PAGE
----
The Paradox of Identity

Epistemologia (2):207-226 (1996)
Call a semantics for singular terms *extensionalist* if it embraces (1) and *classical* if it embraces (2). -/- 1. The meaning of a singular term is exhausted by its reference. 2. The reference of a singular term is an entity that is logically simple. -/- Call a semantics *adequate* if it distinguishes material identity (a = b) from formal identity (a = a). -/- Frege reacts to the inadequacy of classical extensionalist semantics by rejecting (1). This he does without a sideways glance at (2), whose background ontology, an "ontology of individuals" (van Heijenoort's term), Frege implicitly accepts. -/- In contrast, my account of the difference between material and formal identity replaces that background ontology with one whose ground-level objects are ontologically differentiated and logically complex. The semantics I urge for singular terms, while *extensionalist* in the sense of (1), is thus a non-classical semantics in which singular terms take structured individuals, or complexes (as I will say), as their referents. For such individuals, unlike those of Frege's ontology, keep a = b and a = a apart. -/- .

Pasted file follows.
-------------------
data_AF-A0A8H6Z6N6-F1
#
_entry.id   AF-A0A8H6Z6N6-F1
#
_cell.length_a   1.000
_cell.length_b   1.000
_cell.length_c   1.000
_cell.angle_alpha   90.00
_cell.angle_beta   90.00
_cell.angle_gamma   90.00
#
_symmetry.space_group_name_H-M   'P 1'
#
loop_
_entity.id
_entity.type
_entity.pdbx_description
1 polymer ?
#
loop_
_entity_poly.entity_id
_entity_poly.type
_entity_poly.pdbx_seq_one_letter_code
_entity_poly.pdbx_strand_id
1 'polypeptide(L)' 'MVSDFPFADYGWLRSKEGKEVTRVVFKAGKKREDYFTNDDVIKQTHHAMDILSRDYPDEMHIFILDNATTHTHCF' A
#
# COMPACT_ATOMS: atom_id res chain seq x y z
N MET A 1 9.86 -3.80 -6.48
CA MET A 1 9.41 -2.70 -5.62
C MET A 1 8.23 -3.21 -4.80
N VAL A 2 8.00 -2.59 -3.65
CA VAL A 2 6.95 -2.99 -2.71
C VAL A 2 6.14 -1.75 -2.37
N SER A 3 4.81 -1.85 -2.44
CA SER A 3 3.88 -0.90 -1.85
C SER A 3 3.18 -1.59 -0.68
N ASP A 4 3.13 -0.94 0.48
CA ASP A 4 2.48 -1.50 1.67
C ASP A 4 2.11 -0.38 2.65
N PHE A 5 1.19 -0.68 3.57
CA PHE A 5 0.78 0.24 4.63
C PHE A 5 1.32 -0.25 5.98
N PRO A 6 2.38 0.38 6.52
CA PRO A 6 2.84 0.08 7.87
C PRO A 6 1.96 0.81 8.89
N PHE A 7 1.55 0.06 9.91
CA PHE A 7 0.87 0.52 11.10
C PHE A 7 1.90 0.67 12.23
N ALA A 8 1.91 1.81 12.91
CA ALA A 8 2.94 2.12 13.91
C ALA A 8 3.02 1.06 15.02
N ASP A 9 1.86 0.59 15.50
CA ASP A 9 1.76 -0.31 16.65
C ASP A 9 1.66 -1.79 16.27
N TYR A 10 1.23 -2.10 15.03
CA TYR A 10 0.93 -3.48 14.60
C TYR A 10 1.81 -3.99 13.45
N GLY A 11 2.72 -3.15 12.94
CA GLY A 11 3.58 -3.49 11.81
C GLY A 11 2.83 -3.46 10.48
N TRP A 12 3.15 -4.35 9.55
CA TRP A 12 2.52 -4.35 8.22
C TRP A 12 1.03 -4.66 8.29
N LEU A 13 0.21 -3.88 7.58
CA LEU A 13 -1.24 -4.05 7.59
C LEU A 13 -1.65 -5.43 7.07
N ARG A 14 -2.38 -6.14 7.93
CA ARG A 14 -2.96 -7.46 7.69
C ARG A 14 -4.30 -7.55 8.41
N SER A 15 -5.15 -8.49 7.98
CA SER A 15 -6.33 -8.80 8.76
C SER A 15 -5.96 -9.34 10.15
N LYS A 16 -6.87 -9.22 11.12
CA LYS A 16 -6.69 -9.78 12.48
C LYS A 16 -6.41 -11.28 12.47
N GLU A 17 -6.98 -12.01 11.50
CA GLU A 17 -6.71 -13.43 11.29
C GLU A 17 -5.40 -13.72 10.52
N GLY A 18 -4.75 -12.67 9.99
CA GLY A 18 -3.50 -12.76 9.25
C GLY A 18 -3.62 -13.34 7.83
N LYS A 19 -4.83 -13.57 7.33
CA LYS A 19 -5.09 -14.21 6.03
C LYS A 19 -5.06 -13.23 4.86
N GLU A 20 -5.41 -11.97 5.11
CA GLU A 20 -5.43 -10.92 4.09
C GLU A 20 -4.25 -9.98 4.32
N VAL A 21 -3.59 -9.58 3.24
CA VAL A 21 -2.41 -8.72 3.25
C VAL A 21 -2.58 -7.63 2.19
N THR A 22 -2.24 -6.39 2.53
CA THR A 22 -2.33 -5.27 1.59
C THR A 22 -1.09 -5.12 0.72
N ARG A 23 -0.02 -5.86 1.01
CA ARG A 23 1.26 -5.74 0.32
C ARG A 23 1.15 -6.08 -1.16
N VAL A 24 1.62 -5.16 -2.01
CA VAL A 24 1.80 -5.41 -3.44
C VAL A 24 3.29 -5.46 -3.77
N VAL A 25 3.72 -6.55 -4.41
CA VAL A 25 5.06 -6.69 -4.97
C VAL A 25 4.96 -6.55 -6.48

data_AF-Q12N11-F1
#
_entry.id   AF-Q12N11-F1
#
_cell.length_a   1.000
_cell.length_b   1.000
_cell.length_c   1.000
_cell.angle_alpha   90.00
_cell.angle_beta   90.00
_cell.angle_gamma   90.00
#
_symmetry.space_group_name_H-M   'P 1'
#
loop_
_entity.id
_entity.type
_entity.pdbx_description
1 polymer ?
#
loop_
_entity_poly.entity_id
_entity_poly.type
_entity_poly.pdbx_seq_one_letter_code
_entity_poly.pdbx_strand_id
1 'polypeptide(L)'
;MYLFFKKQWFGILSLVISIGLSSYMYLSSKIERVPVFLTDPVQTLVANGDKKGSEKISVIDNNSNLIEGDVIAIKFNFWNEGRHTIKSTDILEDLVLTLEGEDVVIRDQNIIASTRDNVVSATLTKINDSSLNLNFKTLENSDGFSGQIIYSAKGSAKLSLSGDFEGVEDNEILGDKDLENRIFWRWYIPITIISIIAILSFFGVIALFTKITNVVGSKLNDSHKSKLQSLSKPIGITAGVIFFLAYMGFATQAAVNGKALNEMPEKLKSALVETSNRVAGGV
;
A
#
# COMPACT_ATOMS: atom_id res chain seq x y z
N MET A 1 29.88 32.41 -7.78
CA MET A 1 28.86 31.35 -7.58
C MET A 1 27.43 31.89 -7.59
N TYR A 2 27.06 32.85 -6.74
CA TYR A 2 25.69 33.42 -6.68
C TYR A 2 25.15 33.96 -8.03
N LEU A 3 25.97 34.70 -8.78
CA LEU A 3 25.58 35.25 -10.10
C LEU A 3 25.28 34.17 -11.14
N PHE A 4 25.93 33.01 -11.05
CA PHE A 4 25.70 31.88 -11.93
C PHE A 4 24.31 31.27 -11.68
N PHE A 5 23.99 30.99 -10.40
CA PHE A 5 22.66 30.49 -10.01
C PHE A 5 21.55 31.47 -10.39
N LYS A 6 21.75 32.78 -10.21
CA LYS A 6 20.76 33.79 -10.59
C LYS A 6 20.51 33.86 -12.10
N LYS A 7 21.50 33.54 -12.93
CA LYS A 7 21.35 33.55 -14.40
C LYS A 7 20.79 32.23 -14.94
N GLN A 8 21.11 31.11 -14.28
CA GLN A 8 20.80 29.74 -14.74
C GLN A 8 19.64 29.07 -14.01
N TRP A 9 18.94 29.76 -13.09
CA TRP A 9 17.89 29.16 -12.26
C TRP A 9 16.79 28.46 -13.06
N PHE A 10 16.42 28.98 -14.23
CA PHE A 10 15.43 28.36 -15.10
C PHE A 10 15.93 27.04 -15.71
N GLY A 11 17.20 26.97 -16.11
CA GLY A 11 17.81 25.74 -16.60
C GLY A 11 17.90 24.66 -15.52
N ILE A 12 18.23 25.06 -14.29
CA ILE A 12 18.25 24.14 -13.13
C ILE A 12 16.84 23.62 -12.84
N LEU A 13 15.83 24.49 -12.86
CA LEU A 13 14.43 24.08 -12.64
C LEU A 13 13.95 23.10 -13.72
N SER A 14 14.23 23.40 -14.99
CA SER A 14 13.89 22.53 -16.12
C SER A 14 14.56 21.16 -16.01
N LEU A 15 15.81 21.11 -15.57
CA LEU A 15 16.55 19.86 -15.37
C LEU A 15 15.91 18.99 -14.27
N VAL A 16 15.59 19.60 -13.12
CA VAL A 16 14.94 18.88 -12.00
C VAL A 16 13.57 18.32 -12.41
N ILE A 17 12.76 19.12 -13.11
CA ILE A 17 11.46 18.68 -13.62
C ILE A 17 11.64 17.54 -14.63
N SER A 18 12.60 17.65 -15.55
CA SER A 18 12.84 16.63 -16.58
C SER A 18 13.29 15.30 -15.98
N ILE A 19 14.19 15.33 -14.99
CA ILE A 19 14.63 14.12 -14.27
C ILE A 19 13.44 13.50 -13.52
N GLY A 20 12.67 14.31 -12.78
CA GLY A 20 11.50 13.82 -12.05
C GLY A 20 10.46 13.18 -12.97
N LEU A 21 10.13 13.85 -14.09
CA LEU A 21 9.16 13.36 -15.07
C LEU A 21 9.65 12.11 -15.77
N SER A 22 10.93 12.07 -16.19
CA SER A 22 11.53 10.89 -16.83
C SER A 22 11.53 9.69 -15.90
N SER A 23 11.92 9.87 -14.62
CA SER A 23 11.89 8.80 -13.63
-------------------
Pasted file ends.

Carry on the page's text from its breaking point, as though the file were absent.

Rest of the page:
Keywords material identity  formal identity  Frege  names  meaning  reference  semantic extensionalism  complex individuals  ontology
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